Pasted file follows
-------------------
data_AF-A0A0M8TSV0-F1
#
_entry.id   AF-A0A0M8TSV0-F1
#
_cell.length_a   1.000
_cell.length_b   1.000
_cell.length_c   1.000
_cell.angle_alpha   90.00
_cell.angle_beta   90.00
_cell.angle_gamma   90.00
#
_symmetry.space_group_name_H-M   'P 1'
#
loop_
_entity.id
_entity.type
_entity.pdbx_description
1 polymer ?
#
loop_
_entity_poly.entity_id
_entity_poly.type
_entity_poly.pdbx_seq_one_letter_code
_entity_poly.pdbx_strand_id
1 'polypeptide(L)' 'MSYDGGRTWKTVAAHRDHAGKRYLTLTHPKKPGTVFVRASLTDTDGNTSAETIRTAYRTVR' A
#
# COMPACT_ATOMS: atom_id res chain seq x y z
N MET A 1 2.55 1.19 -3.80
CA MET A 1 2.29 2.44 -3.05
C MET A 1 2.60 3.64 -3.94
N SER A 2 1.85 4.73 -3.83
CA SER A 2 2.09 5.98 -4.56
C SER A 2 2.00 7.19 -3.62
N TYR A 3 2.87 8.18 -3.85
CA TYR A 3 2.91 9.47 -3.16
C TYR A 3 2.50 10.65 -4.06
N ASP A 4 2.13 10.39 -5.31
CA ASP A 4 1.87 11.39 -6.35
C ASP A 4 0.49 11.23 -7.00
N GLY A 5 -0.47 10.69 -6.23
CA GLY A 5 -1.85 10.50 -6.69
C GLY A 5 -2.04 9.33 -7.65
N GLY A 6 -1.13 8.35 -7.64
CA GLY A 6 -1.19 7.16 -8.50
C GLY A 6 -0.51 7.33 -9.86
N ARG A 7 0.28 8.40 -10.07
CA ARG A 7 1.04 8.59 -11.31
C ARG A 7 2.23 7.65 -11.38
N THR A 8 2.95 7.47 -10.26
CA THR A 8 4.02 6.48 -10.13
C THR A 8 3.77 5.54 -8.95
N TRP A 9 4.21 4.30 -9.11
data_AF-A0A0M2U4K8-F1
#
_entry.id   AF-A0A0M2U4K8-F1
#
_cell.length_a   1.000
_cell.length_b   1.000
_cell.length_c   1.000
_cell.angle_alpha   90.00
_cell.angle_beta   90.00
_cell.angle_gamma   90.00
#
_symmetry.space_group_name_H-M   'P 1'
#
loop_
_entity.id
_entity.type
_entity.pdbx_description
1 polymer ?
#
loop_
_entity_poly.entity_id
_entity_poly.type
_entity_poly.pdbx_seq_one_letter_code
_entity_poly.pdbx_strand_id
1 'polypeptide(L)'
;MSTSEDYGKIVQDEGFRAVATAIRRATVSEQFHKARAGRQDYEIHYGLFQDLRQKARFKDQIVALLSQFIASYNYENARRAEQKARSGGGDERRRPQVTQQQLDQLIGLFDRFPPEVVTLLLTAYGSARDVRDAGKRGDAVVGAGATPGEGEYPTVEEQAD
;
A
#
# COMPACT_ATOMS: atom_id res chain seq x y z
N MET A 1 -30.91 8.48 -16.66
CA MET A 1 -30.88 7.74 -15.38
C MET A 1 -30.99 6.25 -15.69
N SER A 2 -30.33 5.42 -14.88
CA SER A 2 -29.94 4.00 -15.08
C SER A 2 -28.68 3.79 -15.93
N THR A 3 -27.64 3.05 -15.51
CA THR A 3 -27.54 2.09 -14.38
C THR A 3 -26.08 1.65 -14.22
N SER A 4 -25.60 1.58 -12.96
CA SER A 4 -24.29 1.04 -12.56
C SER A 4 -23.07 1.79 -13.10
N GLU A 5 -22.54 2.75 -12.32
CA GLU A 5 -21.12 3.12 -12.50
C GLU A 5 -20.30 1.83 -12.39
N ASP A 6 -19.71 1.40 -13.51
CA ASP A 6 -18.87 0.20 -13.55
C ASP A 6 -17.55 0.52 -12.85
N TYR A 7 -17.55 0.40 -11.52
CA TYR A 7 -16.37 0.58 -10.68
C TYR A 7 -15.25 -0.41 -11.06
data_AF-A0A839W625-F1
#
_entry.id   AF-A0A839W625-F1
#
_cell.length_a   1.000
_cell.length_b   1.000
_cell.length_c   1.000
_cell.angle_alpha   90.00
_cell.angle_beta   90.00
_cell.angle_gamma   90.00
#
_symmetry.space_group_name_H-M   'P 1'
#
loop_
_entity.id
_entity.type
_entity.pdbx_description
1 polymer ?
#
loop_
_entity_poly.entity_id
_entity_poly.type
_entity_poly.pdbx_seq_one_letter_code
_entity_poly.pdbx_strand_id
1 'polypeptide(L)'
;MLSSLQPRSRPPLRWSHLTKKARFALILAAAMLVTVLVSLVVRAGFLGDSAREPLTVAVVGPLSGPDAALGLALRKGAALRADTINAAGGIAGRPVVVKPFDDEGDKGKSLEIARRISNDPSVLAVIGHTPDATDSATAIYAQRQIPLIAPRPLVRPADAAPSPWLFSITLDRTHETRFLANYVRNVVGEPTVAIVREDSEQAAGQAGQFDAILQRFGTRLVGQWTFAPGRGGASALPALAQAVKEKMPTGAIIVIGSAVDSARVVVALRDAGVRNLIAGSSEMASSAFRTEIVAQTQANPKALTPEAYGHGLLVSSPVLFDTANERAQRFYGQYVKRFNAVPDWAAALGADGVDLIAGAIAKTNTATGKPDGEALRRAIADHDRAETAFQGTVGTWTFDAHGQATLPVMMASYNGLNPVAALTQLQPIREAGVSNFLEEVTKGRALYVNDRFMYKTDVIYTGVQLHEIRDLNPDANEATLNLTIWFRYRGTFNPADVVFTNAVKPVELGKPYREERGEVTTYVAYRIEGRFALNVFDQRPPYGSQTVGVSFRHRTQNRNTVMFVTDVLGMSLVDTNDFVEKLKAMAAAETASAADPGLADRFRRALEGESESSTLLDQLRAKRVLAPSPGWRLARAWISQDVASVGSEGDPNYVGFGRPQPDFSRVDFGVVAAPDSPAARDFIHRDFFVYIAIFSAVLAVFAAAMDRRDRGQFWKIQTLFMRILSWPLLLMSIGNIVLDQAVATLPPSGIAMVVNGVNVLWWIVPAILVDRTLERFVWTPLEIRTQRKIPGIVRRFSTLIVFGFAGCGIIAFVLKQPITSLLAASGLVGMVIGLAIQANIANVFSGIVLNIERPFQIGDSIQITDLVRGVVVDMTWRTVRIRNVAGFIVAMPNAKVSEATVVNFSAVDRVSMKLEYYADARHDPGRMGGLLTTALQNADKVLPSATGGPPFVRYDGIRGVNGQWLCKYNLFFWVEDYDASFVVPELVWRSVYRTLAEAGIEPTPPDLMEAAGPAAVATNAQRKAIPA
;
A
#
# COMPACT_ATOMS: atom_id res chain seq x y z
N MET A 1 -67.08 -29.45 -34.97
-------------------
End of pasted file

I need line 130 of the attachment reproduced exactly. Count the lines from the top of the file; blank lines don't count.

;